Ever wondered why some people lie at the drop of a hat while others sacrifice self-interest to tell the truth? It has to do with the functioning of a brain part, says a study.
The dorso-lateral pre-frontal cortex, a brain region known to be critically involved in cognitive control, may play a causal role in enabling honest behaviour, the findings showed.
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"The average person usually shows lie aversion," said lead study author Lusha Zhu, a post-doctoral associate at the Virginia Tech Carilion Research Institute in the US.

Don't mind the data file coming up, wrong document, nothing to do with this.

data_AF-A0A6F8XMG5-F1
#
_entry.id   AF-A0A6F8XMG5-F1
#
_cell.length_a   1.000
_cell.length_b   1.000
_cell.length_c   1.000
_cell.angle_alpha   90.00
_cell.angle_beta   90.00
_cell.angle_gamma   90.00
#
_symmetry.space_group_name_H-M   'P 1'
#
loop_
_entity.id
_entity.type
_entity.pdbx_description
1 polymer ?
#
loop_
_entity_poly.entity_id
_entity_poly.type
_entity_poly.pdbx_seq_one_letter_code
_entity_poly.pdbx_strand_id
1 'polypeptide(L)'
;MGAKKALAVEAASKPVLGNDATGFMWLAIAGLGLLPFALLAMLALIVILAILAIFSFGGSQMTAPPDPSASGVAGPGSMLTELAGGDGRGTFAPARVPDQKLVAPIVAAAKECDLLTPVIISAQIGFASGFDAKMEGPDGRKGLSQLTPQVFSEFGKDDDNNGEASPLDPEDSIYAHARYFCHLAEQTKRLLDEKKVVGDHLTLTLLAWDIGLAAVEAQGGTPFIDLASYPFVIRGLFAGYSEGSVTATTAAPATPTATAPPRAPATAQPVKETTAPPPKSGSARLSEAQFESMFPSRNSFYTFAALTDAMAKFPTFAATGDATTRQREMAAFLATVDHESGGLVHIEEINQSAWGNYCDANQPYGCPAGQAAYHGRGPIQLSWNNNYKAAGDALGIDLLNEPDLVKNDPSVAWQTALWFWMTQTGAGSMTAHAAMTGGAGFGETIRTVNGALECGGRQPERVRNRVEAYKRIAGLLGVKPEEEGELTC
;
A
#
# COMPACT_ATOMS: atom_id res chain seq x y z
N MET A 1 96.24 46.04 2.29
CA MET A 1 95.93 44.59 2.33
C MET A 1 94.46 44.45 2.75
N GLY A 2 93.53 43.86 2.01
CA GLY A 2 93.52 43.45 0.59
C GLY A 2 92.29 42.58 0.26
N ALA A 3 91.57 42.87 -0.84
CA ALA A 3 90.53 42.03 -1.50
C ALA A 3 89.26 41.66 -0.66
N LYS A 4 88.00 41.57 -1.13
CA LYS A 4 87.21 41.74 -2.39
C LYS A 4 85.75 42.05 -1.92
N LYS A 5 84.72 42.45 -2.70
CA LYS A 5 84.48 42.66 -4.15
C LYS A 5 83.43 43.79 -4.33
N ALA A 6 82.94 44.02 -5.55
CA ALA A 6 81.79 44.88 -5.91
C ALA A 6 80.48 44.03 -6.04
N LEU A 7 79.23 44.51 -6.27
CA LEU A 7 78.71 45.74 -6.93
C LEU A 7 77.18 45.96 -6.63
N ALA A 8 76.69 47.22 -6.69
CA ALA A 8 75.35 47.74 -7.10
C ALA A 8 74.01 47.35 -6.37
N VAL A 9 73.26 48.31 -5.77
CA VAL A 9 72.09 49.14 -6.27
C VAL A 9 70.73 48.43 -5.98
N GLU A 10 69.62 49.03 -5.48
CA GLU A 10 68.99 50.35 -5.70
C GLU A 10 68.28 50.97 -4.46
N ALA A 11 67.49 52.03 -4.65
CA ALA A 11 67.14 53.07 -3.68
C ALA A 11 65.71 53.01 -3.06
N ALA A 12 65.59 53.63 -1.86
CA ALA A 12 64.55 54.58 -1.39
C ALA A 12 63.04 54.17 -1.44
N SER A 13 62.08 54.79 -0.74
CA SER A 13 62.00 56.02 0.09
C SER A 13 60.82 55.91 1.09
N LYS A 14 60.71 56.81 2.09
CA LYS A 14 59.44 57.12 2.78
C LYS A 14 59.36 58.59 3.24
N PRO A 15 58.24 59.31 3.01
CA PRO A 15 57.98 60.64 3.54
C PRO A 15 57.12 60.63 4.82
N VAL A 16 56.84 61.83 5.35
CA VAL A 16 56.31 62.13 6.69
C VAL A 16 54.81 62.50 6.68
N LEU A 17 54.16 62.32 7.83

But people with damage in the dorso-lateral pre-frontal cortex are not as averse to lying as others, the study said.
They are more likely to pick the practical option and are less concerned about the potential cost to self-image.
"People feel good when they are honest and they feel bad when they lie," said Brooks King-Casas, an assistant professor at the Virginia Tech Carilion Research Institute.
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"Self-interest and self-image are both powerful factors influencing a person's decision to be honest," King-Casas added.
For the study, researchers compared the decisions of healthy participants with decisions made by participants with damaged dorso-lateral pre-frontal cortices.
The study appeared in the journal Nature Neuroscience.